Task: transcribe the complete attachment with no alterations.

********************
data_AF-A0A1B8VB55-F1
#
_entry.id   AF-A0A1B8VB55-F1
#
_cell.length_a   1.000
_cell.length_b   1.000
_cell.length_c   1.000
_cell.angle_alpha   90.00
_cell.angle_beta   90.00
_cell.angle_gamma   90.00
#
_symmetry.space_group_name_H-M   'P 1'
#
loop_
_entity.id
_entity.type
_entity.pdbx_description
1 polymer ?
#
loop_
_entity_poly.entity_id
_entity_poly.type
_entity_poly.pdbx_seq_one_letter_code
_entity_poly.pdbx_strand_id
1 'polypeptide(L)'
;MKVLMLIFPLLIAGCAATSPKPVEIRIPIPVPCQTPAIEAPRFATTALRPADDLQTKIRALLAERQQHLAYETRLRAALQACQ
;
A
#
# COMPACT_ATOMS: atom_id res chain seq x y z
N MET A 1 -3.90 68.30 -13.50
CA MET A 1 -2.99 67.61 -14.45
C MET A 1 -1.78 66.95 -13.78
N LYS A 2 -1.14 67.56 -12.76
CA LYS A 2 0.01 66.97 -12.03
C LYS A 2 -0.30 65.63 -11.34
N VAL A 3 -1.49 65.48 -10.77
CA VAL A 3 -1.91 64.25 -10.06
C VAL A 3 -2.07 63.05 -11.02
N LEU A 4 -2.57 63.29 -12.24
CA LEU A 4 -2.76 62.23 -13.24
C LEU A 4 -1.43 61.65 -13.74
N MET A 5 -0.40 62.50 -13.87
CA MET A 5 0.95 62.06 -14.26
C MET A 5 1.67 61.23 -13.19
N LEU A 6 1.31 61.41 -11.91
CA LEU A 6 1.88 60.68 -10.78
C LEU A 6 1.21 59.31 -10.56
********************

data_AF-A0A1B8VB55-F1
#
_entry.id   AF-A0A1B8VB55-F1
#
_cell.length_a   1.000
_cell.length_b   1.000
_cell.length_c   1.000
_cell.angle_alpha   90.00
_cell.angle_beta   90.00
_cell.angle_gamma   90.00
#
_symmetry.space_group_name_H-M   'P 1'
#
loop_
_entity.id
_entity.type
_entity.pdbx_description
1 polymer ?
#
loop_
_entity_poly.entity_id
_entity_poly.type
_entity_poly.pdbx_seq_one_letter_code
_entity_poly.pdbx_strand_id
1 'polypeptide(L)'
;MKVLMLIFPLLIAGCAATSPKPVEIRIPIPVPCQTPAIEAPRFATTALRPADDLQTKIRALLAERQQHLAYETRLRAALQACQ
;
A
#
# COMPACT_ATOMS: atom_id res chain seq x y z
N MET A 1 -3.90 68.30 -13.50
CA MET A 1 -2.99 67.61 -14.45
C MET A 1 -1.78 66.95 -13.78
N LYS A 2 -1.14 67.56 -12.76
CA LYS A 2 0.01 66.97 -12.03
C LYS A 2 -0.30 65.63 -11.34
N VAL A 3 -1.49 65.48 -10.77
CA VAL A 3 -1.91 64.25 -10.06
C VAL A 3 -2.07 63.05 -11.02
N LEU A 4 -2.57 63.29 -12.24
CA LEU A 4 -2.76 62.23 -13.24
C LEU A 4 -1.43 61.65 -13.74
N MET A 5 -0.40 62.50 -13.87
CA MET A 5 0.95 62.06 -14.26
C MET A 5 1.67 61.23 -13.19
N LEU A 6 1.31 61.41 -11.91
CA LEU A 6 1.88 60.68 -10.78
C LEU A 6 1.21 59.31 -10.56